There are many good reasons to help the next generation become interested in science. They are the future, after all; the authors and architects of whatever progress and solutions the human race will attain during their time on the planet. To meet that challenge, they will need the best knowledge and tools available.
Plus … understanding how the world works is not only useful, but fun.
One of the most accessible pathways to an interest in science is astronomy.
Speakers at the recent gathering in Amsterdam of the world’s astronomical telescopes and instrumentation community were very persuasive on that point, starting with the very first talk.
“The tangible mystery of space” has inspired humankind from our earliest times, noted Heidi Hammel of the Association of Universities for Research in Astronomy in the event’s opening plenary session.
"High-profile astronomy missions inspire kids in elementary school to become the scientists of the future,” she asserted. “This doesn't necessarily mean that they end up working in astronomy. They might work on carbon nanotubes or solar panels, but astronomy can serve as a 'first love' of scientific research and discovery."
Hammel’s talk -- an update on the James Webb Space Telescope -- was one of many reports at the meeting on current and future space missions, and their instrumentation and project management. Other speakers echoed Hammel’s observation that while projects such as the James Webb are important for research, they also contribute to the greater human inspiration to pursue scientific investigation.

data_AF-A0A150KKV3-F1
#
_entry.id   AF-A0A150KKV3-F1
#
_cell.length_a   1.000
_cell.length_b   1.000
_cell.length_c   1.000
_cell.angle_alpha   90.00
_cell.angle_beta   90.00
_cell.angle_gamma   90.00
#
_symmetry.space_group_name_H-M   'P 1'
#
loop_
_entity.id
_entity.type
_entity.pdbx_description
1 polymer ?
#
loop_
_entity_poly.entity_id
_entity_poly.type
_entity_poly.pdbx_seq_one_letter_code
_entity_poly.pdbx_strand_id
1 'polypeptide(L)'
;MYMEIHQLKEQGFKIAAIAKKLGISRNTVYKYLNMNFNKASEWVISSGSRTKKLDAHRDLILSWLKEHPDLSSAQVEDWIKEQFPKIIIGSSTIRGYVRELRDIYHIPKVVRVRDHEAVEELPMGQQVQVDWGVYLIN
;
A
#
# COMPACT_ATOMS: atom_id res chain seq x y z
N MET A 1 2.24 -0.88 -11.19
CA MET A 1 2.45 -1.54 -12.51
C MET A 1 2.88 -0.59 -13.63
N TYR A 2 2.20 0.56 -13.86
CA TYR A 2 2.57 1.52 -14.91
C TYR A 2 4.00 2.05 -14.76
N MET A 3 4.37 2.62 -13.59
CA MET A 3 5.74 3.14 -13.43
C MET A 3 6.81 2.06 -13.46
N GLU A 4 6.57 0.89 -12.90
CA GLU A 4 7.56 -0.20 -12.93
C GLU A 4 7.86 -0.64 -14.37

Another powerful hook that astronomy offers is the ability and in fact growing trend for citizen scientists to participate with professional researchers in real research, noted another speaker at the conference.
Sarah Kendrew of the Max Planck Institute pointed out that citizen science projects such as Zooniverse enable the processing of the incredible amounts of data now being produced by the multitude of ground- and space-based projects looking into the universe.
They also are responsible for some significant discoveries. Probably the most famous example is Hanny's Voorwerp, an astronomical object of unknown nature discovered by Dutch schoolteacher Hanny van Arkel while she was participating as an amateur volunteer in the Galaxy Zoo project in 2007.
|Hanny's Voorwerp. Credit: NASA, ESA, W. Keel (Univ. of Alabama), et al., Galaxy Zoo Team.|
In astronomy blogs and other web-based platforms, there is no social hierarchy, and people are not identified by age, gender, geographic location, or educational level, Kendrew said. This allows for a huge amount of human brain power to be focused on specific projects, harvesting the collective energy for greater levels of discovery.
Imagine, as Kendrew does, the power to acquire new knowledge and create a better world that could come from applying that collective energy in all fields. What a compelling argument for supporting STEM education in schools as well as your own backyard!